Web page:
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German-Danish bridge

June 19, 2009

The passage of a bill for an ambitious construction project means that drivers might soon be able to hop in a car and drive straight from Copenhagen to Hamburg.

A computer graphic image of the Fehmarn Belt bridge
The massive bridge will cross the Fehmarn Belt between Denmark and GermanyImage: AP

By 2018, drivers may be able to take a road trip from Copenhagen to Hamburg in just three and a half hours. The German parliament has now voted in support of a bridge connecting Denmark and Germany, three months after the Danish government approved the same plan.

The bridge, which will be almost 20km (12 miles) long, will stretch across the Fehmarn Belt, a strait in the Baltic Sea between the German island of Fehmarn and the Danish island of Lolland.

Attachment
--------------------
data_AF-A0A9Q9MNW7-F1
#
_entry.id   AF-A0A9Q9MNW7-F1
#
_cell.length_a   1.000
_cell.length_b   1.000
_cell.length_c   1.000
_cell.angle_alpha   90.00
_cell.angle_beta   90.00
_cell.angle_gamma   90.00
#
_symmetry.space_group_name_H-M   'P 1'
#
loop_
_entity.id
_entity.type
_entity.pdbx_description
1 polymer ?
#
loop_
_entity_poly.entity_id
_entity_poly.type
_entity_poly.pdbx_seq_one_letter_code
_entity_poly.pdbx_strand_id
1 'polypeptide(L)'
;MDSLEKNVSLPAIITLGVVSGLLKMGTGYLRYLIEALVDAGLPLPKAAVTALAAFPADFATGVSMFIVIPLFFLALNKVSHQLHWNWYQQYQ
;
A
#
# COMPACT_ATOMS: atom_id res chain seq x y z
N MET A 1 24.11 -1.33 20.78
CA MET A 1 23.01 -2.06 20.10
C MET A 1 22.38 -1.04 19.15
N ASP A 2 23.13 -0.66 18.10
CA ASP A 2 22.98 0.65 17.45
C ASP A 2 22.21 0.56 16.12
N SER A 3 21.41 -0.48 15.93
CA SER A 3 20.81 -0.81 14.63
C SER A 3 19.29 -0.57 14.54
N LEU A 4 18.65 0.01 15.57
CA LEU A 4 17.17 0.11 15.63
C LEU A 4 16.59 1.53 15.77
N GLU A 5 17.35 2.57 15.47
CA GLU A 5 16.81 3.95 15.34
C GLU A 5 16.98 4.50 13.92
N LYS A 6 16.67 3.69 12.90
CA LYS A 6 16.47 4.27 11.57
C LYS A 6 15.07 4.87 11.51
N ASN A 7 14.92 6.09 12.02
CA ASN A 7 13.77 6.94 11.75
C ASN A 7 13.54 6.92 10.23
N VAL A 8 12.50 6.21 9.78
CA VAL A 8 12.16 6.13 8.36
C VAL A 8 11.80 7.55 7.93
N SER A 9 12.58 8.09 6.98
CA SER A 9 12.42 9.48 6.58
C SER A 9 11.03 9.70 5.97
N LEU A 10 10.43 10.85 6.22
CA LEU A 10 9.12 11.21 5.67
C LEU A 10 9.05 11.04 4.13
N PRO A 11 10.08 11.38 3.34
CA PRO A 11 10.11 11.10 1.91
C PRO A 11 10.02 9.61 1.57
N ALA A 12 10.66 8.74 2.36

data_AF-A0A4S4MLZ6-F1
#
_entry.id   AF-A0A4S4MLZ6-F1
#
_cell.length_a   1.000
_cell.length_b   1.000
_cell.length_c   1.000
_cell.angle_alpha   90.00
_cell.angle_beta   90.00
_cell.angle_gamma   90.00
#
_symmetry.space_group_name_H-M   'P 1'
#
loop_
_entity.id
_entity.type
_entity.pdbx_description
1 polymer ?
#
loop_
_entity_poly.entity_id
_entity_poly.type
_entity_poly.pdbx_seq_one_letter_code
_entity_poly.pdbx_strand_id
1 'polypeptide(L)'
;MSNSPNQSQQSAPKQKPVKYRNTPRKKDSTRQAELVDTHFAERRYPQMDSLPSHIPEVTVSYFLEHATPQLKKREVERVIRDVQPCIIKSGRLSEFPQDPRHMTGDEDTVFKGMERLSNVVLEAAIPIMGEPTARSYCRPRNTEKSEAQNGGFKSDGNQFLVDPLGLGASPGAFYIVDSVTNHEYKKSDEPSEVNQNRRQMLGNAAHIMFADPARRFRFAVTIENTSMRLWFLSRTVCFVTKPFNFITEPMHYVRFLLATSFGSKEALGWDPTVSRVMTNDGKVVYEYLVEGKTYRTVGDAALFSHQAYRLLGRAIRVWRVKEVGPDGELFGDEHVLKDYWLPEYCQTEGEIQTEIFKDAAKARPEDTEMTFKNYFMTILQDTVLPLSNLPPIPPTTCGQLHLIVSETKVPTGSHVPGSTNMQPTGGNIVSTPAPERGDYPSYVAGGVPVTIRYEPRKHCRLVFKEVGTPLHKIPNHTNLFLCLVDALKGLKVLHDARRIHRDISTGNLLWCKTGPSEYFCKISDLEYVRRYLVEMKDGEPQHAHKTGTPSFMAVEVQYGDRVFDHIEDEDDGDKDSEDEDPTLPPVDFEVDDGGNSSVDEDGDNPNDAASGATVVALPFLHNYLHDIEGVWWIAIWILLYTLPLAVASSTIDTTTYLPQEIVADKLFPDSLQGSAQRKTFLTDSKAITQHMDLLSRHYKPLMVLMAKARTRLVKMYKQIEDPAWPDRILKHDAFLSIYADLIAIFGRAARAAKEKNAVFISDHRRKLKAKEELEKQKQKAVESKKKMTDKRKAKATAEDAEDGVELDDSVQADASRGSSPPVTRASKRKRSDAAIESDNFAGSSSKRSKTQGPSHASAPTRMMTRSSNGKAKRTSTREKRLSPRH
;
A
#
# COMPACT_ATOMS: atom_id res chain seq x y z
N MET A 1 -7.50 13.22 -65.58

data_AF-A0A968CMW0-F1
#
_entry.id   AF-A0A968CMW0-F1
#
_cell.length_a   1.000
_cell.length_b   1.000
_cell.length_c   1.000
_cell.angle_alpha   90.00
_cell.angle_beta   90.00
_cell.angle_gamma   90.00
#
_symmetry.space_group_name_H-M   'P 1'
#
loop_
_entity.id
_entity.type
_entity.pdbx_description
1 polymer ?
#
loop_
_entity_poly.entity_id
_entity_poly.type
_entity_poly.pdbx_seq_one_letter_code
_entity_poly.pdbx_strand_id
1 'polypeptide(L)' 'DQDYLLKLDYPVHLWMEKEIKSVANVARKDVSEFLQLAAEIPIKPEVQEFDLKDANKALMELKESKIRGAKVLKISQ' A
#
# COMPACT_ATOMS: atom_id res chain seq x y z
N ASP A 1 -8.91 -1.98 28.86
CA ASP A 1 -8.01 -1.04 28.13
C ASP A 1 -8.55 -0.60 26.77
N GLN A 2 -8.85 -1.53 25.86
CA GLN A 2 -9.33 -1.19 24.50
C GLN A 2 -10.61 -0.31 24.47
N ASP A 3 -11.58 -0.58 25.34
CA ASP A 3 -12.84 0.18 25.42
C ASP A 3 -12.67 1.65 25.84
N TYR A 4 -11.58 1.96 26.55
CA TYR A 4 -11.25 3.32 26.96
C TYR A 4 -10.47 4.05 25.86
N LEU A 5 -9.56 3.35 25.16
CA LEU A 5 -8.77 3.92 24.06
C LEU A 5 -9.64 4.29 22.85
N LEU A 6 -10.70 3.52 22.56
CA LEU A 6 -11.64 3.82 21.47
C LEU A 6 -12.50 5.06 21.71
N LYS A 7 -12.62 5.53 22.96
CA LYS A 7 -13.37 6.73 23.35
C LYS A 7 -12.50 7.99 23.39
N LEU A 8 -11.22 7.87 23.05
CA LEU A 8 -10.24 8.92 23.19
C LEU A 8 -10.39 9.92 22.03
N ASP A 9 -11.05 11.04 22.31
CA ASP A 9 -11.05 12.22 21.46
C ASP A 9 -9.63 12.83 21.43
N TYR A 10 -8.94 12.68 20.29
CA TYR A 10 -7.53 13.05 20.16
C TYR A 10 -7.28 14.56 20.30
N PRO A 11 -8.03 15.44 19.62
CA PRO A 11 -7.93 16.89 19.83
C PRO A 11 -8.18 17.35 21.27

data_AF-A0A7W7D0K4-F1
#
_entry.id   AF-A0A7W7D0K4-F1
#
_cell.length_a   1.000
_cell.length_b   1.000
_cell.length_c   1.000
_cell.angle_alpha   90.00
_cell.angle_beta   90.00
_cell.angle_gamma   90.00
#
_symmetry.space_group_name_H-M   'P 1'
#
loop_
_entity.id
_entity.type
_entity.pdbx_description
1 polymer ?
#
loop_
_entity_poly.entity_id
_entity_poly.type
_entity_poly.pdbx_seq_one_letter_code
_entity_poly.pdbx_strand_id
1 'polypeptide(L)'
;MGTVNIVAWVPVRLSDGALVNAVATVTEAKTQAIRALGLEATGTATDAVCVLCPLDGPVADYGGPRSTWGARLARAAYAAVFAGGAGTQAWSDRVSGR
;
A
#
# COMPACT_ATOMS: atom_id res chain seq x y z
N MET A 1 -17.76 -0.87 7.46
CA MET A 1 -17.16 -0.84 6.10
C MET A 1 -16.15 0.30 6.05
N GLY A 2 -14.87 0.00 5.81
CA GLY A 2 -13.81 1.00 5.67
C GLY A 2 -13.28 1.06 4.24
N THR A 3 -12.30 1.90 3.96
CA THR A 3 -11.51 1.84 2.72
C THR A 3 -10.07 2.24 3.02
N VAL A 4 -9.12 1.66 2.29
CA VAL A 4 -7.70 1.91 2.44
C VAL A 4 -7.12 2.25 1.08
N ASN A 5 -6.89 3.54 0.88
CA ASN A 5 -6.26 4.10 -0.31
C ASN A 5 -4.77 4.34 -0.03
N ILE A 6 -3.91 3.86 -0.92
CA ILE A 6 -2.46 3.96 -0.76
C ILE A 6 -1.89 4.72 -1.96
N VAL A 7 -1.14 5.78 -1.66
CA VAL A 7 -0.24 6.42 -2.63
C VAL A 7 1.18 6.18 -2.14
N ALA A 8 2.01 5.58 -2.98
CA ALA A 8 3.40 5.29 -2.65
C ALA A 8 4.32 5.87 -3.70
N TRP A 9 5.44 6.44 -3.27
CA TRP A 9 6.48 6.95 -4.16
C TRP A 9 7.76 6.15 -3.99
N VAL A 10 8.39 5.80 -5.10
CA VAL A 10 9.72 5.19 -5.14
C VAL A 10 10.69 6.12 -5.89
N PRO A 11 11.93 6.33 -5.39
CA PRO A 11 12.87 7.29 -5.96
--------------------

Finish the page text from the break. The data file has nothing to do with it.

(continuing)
While the project is expected to cost an estimated 5.6 billion euros ($7.8 billion), Denmark will shoulder the lion’s share of 4.8 billion euros. Germany will pay 800 million euros for the twin rail tracks and four lane highway connections through Fehmarn, whose inhabitants are unhappy about the level of upheaval that the construction is expected to bring.

The Fehmarn Belt bridge is also a point of contention for environmentalists. They maintain that the massive bridge would be located in the middle of the main flight path of migratory birds from Africa to Northern Europe. Activists plan to contest the bridge project in the courts.

"We need this infrastructure," German Transport Minister Wolfgang Tiefensee said. The new roads and railways are expected to reduce the heavy congestion which is common in the region during the summer.

If the project is approved by the German upper house, the Bundesrat, construction is planned to begin in 2012.

Editor: Susan Houlton